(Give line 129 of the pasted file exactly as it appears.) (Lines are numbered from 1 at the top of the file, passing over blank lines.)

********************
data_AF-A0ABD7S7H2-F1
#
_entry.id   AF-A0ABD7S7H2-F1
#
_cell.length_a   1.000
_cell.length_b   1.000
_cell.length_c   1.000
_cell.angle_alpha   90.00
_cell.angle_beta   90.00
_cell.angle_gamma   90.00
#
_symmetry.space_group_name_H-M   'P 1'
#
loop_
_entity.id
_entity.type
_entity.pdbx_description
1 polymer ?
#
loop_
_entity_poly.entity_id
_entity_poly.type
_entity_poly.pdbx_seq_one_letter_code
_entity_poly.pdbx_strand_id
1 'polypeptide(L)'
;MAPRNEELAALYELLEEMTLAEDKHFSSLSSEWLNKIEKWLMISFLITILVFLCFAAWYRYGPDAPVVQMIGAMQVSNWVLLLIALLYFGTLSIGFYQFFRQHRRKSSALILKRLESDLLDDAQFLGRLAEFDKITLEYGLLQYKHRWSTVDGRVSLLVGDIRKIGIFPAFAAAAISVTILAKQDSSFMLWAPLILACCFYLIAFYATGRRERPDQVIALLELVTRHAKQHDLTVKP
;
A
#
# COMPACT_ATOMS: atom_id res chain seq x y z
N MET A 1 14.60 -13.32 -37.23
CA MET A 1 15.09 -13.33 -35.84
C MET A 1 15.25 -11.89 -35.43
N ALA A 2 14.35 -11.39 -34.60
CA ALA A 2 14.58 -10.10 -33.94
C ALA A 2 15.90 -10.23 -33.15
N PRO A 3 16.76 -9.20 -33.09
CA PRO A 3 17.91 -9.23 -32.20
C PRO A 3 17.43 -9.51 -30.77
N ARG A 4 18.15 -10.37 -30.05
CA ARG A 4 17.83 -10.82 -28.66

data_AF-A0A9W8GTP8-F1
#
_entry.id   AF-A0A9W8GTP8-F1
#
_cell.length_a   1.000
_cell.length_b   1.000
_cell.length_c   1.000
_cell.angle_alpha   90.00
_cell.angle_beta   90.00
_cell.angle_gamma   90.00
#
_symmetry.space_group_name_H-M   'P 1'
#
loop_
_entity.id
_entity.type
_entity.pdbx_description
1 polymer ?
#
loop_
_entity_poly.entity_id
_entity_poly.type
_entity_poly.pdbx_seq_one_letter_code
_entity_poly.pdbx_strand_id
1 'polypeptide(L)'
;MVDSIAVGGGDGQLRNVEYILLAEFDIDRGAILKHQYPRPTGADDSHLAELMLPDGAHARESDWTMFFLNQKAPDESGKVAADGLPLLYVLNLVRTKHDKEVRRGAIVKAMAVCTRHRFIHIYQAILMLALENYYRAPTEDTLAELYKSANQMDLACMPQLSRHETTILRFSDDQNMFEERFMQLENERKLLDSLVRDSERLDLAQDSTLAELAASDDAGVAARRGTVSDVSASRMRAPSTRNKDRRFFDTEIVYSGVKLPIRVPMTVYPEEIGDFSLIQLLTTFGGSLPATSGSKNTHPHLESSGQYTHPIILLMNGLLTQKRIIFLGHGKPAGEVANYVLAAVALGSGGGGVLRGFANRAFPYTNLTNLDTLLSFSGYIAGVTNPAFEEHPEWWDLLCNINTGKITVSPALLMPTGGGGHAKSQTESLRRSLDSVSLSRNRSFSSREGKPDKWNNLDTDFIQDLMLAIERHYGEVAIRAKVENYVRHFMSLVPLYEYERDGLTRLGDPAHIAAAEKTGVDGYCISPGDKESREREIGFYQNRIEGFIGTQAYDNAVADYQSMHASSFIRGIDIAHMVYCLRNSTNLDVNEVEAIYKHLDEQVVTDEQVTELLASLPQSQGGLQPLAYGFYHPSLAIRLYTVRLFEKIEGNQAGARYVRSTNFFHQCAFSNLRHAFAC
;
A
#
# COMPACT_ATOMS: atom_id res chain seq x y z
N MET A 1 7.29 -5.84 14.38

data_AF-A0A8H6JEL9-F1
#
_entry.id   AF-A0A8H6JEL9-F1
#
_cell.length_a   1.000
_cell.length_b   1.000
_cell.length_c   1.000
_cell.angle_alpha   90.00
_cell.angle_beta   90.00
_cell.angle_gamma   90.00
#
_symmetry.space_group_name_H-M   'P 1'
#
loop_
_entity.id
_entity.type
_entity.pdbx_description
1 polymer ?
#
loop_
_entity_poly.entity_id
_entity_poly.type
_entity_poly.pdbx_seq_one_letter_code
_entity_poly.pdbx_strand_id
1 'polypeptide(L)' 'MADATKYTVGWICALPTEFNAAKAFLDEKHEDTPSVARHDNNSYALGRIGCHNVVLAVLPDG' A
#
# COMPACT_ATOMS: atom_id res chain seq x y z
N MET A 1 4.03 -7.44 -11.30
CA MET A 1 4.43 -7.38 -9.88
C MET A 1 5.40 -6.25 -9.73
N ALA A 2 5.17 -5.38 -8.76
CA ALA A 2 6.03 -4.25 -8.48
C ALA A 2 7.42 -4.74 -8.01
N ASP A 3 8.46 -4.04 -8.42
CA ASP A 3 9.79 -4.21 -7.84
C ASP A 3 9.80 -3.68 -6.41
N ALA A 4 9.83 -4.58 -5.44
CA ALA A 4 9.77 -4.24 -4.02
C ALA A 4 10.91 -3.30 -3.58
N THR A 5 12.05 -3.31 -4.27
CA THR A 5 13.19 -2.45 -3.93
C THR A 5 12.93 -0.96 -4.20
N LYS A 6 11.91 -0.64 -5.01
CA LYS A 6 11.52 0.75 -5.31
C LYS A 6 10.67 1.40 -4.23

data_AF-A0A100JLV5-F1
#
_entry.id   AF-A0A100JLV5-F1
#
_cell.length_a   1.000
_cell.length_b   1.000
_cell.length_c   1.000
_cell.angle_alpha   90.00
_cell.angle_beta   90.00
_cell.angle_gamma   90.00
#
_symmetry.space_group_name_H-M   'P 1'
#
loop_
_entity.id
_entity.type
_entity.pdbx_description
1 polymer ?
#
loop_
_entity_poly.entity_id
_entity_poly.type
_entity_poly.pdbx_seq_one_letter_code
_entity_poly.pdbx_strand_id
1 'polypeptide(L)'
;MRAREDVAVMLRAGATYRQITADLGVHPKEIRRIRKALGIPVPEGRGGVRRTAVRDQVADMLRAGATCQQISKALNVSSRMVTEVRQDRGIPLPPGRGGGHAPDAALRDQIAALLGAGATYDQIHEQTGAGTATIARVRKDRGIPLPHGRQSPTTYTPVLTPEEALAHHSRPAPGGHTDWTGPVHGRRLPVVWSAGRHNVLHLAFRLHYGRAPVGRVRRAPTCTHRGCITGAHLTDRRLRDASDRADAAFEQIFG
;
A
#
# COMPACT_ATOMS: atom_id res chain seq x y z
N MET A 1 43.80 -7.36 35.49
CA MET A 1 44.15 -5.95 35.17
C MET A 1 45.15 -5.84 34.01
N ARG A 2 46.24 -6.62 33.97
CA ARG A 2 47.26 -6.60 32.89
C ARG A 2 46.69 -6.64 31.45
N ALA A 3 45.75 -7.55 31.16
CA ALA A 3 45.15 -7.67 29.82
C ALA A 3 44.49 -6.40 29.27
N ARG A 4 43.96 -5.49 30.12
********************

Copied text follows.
_symmetry.space_group_name_H-M   'P 1'